There remains some uncertainty regarding how the climatology of tropical cyclones will respond to climate changes over the next century. Global models that simulate coarse analogs of these systems tend to predict a decline in their frequency with warmer conditions, but higher resolution models that resolve individual storms show that surviving systems are likely to have stronger winds and more rain. Other modeling techniques have predicted both stronger and more frequent events, in contrast to the decline seen in global models. Given the uncertainty, our group has been investigating how these same techniques respond to the far wider range of climates in the geologic past: from the Last Glacial Maximum to hot periods such as the early Eocene epoch.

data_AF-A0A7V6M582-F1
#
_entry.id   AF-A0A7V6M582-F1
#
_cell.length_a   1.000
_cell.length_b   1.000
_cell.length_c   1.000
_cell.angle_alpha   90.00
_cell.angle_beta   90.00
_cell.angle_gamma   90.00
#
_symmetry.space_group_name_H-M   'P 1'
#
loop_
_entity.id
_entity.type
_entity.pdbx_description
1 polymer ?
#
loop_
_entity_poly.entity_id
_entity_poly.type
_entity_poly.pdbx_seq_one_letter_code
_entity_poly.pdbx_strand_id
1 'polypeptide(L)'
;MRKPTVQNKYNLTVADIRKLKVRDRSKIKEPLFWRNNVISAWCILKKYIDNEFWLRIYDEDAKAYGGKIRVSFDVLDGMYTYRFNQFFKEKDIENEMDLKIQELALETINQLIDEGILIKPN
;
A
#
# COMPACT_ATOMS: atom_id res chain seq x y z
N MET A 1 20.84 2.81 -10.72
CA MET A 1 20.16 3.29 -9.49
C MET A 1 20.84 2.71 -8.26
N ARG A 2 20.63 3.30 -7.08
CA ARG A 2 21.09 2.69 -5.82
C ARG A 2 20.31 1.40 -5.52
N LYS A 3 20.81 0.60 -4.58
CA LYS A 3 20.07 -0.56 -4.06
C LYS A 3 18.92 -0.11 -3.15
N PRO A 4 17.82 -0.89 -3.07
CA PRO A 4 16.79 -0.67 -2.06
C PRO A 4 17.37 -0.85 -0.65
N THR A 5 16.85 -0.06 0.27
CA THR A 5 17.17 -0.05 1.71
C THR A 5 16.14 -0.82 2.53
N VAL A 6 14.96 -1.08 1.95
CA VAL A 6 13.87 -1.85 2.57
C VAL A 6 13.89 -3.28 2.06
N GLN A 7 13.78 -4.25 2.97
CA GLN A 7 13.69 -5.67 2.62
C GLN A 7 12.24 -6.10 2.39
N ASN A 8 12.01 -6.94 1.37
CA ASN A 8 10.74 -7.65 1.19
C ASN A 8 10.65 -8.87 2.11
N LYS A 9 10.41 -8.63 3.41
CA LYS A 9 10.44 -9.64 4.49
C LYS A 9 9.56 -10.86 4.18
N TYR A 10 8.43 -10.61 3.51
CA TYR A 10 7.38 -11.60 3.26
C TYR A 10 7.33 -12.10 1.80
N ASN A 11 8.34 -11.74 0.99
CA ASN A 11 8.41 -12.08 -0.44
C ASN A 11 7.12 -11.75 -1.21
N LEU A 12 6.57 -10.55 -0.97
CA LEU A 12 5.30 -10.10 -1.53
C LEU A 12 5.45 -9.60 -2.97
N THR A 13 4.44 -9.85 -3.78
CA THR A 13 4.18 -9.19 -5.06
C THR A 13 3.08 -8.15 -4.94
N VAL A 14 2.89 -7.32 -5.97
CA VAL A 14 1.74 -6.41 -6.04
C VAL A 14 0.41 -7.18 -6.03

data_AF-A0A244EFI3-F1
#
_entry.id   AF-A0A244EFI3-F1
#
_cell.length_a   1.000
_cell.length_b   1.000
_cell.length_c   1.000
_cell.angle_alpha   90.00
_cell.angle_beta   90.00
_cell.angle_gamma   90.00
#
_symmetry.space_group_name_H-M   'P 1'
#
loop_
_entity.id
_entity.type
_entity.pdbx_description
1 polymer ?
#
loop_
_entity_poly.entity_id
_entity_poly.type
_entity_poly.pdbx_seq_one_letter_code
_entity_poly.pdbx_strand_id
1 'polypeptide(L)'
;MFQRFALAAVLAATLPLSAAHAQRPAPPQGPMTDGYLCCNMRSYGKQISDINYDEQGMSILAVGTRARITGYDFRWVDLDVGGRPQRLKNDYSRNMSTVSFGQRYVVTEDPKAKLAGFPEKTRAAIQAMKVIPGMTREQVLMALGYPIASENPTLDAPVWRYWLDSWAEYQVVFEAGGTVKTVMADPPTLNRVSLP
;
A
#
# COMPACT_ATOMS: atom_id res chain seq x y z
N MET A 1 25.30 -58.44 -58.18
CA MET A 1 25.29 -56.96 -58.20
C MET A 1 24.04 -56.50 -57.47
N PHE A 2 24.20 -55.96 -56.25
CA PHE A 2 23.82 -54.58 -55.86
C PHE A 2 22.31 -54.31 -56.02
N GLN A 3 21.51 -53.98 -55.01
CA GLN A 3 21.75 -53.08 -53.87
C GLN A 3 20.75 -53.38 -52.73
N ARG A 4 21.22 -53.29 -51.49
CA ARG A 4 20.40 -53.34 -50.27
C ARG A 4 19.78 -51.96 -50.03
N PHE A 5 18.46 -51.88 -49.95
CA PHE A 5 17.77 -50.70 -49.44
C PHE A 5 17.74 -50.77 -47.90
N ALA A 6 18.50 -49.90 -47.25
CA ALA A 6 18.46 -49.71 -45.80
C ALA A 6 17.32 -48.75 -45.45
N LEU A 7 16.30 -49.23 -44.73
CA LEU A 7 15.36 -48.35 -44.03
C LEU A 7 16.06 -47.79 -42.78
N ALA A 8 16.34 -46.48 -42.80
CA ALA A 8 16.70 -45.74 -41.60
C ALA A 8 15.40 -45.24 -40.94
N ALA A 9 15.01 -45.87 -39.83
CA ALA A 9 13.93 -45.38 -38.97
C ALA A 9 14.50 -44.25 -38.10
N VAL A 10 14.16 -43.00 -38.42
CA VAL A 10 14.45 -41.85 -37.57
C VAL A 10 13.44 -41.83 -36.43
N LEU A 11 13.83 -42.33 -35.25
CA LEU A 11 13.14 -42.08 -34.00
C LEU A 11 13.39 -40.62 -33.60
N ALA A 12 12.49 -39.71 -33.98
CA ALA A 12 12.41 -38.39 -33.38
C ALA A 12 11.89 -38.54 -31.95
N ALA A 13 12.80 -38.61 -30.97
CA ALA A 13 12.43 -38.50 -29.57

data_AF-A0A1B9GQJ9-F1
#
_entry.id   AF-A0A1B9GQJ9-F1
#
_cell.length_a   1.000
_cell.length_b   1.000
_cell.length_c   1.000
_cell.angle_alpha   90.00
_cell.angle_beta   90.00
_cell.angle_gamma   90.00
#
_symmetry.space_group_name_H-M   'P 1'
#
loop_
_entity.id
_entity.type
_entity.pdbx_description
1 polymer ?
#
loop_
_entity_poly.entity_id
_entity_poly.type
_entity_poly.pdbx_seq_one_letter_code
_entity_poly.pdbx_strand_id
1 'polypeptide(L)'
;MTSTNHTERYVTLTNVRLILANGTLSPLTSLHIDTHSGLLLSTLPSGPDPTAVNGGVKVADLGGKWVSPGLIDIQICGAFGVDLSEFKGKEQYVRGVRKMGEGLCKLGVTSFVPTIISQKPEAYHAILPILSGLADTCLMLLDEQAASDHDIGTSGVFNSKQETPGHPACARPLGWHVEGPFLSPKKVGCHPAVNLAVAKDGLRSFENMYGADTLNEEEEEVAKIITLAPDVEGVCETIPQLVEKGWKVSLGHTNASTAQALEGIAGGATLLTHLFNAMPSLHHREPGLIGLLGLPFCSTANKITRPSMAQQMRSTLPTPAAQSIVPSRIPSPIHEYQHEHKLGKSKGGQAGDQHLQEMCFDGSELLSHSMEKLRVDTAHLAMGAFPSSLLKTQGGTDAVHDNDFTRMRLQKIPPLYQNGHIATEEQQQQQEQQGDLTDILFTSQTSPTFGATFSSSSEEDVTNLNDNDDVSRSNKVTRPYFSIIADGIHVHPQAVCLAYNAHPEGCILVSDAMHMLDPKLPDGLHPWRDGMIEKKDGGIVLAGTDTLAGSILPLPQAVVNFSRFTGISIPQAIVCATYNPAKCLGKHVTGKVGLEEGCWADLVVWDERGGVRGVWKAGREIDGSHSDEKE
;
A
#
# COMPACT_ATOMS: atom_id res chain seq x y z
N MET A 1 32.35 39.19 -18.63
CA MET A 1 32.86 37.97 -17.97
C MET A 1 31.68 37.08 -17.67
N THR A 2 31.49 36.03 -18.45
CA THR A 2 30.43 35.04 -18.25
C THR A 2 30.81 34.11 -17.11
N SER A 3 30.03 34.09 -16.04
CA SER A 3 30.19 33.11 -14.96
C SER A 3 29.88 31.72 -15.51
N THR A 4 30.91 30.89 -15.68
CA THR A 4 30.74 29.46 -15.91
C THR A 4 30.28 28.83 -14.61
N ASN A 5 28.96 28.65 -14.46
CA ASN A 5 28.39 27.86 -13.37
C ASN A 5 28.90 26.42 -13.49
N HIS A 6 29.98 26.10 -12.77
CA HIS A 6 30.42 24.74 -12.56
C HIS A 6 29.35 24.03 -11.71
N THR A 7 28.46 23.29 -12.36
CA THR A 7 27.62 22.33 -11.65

Yet these distant periods—like the future century yet to occur—have no data from individual weather events to compare model simulations against. Here I will focus on our results for more recent periods that offer some information of storm variability from sedimentary cores both on and offshore. We show that an increase in the amount of summer radiation during the middle Holocene leads to a thermodynamically less favorable environment, which is consistent with proxies of past storminess showing less Northern Hemisphere activity before 5,000 years before present. And we compare new data suggesting a stormier period near Florida during the colder Younger Dryas with changes in environmental conditions in a simulation of the period.